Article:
Since the beginning of the war in Ukraine, we have been actively promoting and protecting human rights and freedoms of those fleeing the war. This included calling for and expressing solidarity with the people of Ukraine, cooperating with the national authorities and civil society organizations, giving recommendations for ensuring human rights protection and a better implementation of the Directive on temporary protection. These recommendations are based on solidarity, cooperation and the implementation of the experiences gathered in the previous crises, as well as exchanging experiences and best practices with our colleagues from other countries.

At the beginning of the war in Ukraine, the Ombudswoman welcomed the support and great solidarity in Croatia. It was expressed both by the citizens and accompanied with immediate readiness to help those fleeing the war (offering their homes, clothes, food and many other forms of help),  as well as by the Government, voicing clear messages of support and emphasizing the importance of providing security to the refugees. A good practice example was the new Interdepartmental Working Group established to implement the activities aimed at providing humanitarian assistance, reception and urgent and appropriate care for the refugees from Ukraine.

Based on our previous experiences and the recommendations we made during in the similar circumstances (the floods in Vukovar-Srijem County in 2014, migrant crisis in 2015 and 2016, earthquakes in Zagreb and the Sisak-Moslavina County in 2020), we  prepared recommendations to the Government. They were related to the reception and protection of the human rights of people fleeing Ukraine, organization of the support system, identifying and providing additional support to particularly vulnerable groups, the establishment of a central contact point to which all persons and organizations would be able to provide information on persons arriving to the Republic of Croatia from Ukraine and their humanitarian needs, as well as central coordination points for humanitarian associations, initiatives and citizens’ organizations that provide assistance and support to refugees from Ukraine in the Republic of Croatia. The vast majority of these recommendations have been implemented.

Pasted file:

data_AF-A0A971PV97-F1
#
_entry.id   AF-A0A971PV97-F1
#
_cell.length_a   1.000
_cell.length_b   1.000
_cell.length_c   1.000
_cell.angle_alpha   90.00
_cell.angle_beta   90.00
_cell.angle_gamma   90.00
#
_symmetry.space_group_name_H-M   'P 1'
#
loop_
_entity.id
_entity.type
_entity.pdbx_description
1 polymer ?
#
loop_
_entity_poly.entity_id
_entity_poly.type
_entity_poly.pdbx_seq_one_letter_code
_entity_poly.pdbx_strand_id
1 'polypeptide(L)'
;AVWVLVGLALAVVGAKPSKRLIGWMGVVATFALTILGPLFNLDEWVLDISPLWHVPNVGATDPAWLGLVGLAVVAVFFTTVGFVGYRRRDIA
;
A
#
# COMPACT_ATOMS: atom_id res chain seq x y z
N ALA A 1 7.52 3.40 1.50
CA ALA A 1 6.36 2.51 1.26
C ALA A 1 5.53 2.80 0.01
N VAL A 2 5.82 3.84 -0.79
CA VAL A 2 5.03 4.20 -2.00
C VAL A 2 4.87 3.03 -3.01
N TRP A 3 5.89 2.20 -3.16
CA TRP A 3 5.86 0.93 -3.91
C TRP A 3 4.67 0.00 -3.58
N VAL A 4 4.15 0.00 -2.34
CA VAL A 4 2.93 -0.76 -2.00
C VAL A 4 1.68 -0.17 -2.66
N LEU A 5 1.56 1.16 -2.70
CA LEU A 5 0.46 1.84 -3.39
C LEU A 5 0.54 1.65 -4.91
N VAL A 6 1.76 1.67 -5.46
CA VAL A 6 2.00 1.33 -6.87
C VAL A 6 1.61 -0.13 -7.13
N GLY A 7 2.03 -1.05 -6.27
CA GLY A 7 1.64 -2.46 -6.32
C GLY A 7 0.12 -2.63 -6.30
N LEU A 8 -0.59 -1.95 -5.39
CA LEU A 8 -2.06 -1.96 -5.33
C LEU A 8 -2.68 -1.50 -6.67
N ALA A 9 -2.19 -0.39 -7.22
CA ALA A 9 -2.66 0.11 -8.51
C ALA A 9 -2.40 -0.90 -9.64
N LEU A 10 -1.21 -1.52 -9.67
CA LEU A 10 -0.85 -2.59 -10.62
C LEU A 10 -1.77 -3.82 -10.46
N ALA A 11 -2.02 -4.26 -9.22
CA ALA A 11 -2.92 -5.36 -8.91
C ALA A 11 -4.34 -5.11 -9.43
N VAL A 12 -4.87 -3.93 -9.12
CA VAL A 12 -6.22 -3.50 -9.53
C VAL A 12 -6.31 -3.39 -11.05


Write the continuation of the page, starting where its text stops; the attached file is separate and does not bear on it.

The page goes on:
We also pointed out to the need for developing plans for adequate long-term accommodation and housing, sustainable and regular distribution of humanitarian aid, inclusion of children in the education system, ensuring primary health care and effective psychosocial assistance, and inclusion into the labor market.

Since the national legislation was partly inconsistent with the EU Directive on Temporary Protection, and the since the national legislation guaranteed lower level of rights to persons under temporary protection in the field of health care, social welfare and education, than it did for persons under international protection, we proposed that they be harmonized. This was adopted for health and social care by amendments to the Social Welfare Act and the Compulsory Health Insurance and Health Care of Foreigners Act in the Republic of Croatia.

Additionally, in a recent public consultation on amendments to the Act on International and Temporary Protection, we proposed amendments to its provisions regulating temporary protection. This included a harmonization of the level of health care  guaranteed to the persons under temporary protection with that  provided to Croatian nationals (which has already been introduced by the Law on Compulsory Health Insurance and Health Care of Foreigners), as well as regulating the possibility of higher education for persons under temporary protection and the recognition of foreign educational and professional qualifications

As for the provision of accommodation, we proposed prescribing clearly the amount of funds, as well as the possible amount of permanent monthly income, below which a person is entitled to accommodation.

In addition to participating in legislative procedures, which gives us the opportunity to join Parliamentary Committee sessions, we are in regular contact with the Ministry of the Interior and have, for example, called for intensive work on preventing possible abuses of the extremely vulnerable position of those fleeing the war in Ukraine that potentially can include serious human rights violations, such as human trafficking. This is especially important taking into account the fact that most of the refugees are women and children. We emphasised this issue at the recent thematic session of the Parliamentary Committee for Gender Equality.

We also participate regularly in the meetings of the Operative Group of the Ministry and the Civil Service Directorate,  where we can exchange the most current information with the relevant stakeholders and meet with colleagues from around Europe to share information and discuss possible actions.

Finally, on our website we have posted information in Ukrainian, English and Croatian for refugees fleeing to Croatia explaining our mandates and the ways to reach us.